G. Noel Squires
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Osteoarthritis (OA) is a very common degenerative condition, often developed during middle and older ages, especially in those with more active lifestyles. Although OA can occur in any joint throughout the body, it most often develops in weight-bearing joints, such as the hip. In 2011 more than 28 million people in the United States were estimated to have OA. OA can lead to pain, stiffness, decreased range of motion, decreased strength, and in turn an overall decline in functional ability. Total hip arthroplasty (THA) is becoming more widely utilized as a means for gaining mobility and independence when a person’s degenerative hip is no longer allowing their desired level of function. With the aging population and increased need for THA, research suggests there is a strong need for physical therapy in order for patients to achieve optimal functional results. Current literature supports the use of early mobilization and functional task oriented training, however there is minimal research in support or in refute of the use of group therapy treatment. Although many articles have been published regarding THA, not many include the acute care setting and short-term rehabilitation benefits. The purpose of this case report is to provide an overview of hip OA and THA, and to report on a specific case describing the examination, management, and outcomes of a patient with a THA in the acute care setting.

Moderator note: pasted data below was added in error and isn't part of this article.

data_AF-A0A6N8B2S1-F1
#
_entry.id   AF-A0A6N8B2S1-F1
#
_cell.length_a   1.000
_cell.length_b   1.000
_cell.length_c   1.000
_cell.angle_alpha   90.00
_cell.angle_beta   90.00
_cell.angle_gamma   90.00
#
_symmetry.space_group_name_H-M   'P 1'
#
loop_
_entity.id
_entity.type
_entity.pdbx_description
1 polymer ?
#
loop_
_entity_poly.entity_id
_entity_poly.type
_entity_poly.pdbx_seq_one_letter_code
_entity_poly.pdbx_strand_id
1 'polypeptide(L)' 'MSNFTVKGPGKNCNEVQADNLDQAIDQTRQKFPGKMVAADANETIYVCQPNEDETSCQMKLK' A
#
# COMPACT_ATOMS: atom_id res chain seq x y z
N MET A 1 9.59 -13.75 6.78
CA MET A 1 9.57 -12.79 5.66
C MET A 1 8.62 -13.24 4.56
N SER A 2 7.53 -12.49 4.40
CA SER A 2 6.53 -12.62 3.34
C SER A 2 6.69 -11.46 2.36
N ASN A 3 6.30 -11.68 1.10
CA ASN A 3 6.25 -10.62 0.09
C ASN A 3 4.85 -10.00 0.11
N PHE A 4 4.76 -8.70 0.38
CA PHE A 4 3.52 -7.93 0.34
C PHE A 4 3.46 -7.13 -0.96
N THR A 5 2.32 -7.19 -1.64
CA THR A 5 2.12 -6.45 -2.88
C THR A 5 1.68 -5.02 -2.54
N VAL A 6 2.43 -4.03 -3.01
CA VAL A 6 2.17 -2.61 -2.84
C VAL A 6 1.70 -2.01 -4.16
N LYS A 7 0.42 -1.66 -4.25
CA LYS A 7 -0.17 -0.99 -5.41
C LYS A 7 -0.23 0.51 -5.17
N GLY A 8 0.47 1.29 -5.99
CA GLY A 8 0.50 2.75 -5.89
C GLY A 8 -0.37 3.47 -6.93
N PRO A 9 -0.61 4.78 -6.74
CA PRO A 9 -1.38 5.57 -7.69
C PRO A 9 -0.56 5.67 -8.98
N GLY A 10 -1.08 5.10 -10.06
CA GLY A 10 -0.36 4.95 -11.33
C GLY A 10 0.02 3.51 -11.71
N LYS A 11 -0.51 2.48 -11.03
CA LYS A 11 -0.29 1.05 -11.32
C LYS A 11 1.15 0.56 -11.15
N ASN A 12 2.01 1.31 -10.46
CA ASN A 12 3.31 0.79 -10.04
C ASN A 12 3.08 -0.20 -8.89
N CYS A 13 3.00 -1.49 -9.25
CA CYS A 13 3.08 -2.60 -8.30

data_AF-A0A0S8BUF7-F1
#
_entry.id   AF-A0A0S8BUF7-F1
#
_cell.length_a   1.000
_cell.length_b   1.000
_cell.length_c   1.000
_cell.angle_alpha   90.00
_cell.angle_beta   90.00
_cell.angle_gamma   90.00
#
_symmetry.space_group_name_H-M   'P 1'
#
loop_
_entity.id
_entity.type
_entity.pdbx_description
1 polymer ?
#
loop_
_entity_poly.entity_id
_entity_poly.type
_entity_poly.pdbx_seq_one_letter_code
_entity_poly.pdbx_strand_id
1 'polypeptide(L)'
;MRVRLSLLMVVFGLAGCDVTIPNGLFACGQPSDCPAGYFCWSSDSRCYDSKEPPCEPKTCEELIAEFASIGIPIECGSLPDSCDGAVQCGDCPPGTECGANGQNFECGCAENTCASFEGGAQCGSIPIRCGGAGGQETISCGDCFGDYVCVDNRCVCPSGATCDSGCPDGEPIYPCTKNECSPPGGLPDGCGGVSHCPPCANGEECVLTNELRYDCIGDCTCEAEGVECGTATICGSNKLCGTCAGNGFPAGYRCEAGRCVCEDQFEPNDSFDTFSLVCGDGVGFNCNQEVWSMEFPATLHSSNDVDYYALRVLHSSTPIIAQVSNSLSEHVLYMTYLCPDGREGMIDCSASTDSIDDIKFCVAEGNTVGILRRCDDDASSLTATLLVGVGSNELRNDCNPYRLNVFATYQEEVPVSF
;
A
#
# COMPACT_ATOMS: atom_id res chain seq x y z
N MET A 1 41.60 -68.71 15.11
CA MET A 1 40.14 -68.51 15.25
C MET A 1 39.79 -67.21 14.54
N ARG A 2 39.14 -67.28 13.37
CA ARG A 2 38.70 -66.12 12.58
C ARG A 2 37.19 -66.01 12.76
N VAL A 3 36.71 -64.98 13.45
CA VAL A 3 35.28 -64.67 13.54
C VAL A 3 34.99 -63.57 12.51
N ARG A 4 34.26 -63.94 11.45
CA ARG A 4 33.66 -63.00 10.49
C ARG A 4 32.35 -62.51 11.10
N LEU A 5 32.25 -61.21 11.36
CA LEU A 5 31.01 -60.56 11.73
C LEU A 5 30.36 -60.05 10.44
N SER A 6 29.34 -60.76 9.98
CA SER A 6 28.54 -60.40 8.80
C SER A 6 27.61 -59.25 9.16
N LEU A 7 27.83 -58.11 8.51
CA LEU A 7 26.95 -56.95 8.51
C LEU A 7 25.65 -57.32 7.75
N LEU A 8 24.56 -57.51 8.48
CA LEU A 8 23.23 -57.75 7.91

Johnson, Heidi, "Functional Skill Training And Group Therapy Treatment Following A Total Hip Arthroplasty In The Acute Care Setting: A Case Report" (2015). Case Report Posters. Poster 67.